Lucas Matney 22:23
I guess, wrapping things up, just kind of zooming out from educated and looking at Solana versus Aetherium. As you've noted, it's a bear market and hefty volumes have been sliding. Lots of volumes have been sliding. But it also feels like when times get uncertain, a lot of crypto investors move to some of the chains and tokens that have been more certain in the past and like, you know, the Solana eath pair has been kind of like dropping over time, I guess. How do you feel about having kind of the lion's share? Especially right now, I guess, but like, have your like revenues tied to Solana headed deeper into a bear market?
Jack Lu 22:57
Yeah, those special feelings either way? It's that sense. Of course, we're hoping to take a big chunk of the eath. market as well, as you know, we measure our success on that. But I think, you know, in general, like we're super optimistic, the Solana like ecosystem long term, right. I think if we zoom out and think about the last Bull Run, Solana was really the breakout story that in general, and I feel like in every like major Bull Run, there is some breakout use case or some breakout ecosystem that kind of like dominates. And I really feel like a lot of has broken the sound barrier there. And we're very proud to have like, started this ecosystem. And most importantly of all, we see very, very different use cases emerging in the Solana ecosystem. visa vie the Ethereum ecosystem for us. Well, like a user first company, rather than a chain first or technology for this company. Because even now, like our DNA, as founders, we have four founders, we all come from that consumer internet product management, consumer internet, technical engineering background. So for us, like, as long as we see there are users in certain ecosystems, and they have really clear pain points that we are well positioned to serve. And we have a very differentiated view to serve, we are happy to go there, we're happy to build towards that, right. And the chain. And the technology is just like some instrument for us like so those users, but it's not the primary consideration. So in that vein, we see soul develop its own, like user ecosystem, we see like those users, we see like very, very exciting use cases here where like we're bullish about the future there. And of course, Aetherium has long been an ecosystem that we've admired, right? Of course, we want to go there and see what we can learn how we can better serve those users as well. So yeah, those special concerns about any of those sounds good. Yeah.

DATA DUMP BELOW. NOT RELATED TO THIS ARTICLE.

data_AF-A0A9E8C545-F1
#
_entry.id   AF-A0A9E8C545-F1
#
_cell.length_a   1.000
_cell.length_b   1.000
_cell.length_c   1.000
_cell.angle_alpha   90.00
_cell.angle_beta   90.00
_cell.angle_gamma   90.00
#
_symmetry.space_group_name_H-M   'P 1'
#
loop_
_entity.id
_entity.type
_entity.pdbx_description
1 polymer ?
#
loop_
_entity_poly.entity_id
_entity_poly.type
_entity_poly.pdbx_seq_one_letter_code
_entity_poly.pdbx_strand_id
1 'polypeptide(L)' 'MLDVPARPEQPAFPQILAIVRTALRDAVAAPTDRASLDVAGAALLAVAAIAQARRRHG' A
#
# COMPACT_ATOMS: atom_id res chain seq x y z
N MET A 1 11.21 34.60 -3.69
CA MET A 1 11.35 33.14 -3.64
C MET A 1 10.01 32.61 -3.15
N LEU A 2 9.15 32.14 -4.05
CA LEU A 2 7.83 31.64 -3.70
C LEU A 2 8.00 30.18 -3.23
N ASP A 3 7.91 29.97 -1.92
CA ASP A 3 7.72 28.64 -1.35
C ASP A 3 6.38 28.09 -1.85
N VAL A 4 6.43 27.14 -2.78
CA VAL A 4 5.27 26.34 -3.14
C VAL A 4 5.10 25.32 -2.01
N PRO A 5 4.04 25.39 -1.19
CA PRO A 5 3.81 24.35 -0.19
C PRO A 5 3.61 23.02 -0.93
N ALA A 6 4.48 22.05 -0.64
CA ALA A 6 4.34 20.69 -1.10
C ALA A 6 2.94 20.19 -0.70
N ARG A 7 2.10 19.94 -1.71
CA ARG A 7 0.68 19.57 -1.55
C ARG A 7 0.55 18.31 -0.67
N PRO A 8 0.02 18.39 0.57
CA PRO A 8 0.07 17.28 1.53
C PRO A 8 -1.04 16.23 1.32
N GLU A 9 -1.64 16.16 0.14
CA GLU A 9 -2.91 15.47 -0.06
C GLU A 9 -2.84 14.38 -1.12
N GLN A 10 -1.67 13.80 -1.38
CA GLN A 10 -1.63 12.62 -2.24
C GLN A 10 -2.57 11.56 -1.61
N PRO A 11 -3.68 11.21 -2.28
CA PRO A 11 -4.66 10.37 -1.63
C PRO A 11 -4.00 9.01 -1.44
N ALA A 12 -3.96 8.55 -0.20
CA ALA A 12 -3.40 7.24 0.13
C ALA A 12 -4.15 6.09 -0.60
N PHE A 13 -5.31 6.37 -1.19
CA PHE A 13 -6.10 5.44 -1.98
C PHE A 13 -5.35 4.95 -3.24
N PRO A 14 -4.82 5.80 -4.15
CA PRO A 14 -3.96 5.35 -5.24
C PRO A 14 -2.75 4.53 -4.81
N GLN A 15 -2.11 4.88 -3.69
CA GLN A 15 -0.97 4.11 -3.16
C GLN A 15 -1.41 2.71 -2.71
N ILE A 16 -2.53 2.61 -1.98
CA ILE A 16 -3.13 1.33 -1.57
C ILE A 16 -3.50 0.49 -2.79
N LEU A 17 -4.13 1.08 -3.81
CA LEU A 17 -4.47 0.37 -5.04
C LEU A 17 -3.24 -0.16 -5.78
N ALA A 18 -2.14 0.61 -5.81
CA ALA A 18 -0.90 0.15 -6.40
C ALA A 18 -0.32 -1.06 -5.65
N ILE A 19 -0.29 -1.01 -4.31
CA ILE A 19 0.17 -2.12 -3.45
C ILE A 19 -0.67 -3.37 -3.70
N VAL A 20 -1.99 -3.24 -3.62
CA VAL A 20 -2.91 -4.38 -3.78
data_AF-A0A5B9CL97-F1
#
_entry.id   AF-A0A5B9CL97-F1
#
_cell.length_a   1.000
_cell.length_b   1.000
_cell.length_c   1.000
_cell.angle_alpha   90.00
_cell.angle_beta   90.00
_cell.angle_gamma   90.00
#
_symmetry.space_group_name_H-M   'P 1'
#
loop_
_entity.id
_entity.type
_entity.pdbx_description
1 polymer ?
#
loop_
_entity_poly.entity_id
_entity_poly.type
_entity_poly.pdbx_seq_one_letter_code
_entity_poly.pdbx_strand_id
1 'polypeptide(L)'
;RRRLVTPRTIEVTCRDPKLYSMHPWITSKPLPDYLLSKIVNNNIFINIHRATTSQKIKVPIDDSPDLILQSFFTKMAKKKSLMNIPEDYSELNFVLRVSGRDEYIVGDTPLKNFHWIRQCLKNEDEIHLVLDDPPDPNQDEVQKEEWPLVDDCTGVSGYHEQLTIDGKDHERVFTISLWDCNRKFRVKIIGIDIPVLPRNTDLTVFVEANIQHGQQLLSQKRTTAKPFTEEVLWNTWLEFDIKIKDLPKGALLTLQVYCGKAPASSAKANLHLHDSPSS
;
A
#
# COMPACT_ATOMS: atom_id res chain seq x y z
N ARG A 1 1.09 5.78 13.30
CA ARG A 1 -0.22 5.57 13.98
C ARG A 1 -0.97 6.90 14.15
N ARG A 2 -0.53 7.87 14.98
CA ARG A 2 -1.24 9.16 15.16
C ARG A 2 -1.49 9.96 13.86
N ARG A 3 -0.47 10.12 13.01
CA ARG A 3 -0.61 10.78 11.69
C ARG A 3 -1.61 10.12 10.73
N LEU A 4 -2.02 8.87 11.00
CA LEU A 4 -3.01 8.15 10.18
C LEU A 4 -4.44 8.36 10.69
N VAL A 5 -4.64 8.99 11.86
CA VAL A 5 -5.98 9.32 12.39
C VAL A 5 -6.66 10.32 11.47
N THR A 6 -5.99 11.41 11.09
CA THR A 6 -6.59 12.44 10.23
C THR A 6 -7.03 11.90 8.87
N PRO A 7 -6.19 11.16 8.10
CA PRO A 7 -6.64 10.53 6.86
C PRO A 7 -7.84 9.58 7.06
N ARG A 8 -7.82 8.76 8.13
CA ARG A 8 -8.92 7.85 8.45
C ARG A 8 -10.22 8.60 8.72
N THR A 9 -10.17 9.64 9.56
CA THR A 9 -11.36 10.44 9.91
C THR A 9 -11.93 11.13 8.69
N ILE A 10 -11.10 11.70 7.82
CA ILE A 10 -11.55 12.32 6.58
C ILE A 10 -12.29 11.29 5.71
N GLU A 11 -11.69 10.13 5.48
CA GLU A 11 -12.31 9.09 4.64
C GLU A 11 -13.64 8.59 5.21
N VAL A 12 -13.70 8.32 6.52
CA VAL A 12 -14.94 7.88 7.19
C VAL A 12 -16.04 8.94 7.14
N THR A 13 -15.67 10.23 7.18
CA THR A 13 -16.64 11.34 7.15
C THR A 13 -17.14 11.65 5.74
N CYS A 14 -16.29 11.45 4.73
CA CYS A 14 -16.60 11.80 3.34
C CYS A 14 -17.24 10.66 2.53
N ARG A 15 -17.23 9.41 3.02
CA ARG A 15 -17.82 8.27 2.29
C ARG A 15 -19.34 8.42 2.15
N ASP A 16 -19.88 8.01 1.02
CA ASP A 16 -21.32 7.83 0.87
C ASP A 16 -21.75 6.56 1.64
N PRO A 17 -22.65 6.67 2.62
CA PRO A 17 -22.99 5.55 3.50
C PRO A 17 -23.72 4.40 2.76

Anita Ramaswamy 24:39
Well, it'll be interesting to see how that all plays out. And thank you so much, Jack for coming on. This was a really fascinating discussion. I personally learned a lot. So
Jack Lu 24:47
thank you. Awesome. Yeah. Thanks to Tom for having me. Thanks, Jack. Thank you for the opportunity.
Lucas Matney 24:55
We'll be back every week with interviews with the experts in the web three space catch any to Jackie and myself every Thursday for the latest in crypto news. You can keep up with us on Spotify Apple Music or your favorite pod platform and subscribe to our companion newsletter also called chain reaction. Links to the newsletter and more from our guests can be found in our show notes and be sure to follow us on Twitter at chain underscore reaction. Chain Reaction is hosted by myself. Lucas Matney along with my co host and Anita Ramaswamy. We are produced by Yashad Kulkarni and our associate producer is Maggie Stamets with editing by Cal Keller Bryce Durbin is our Illustrator Alyssa stringer leads audience development and Henry pic of it manages TechCrunch his audio products thanks for listening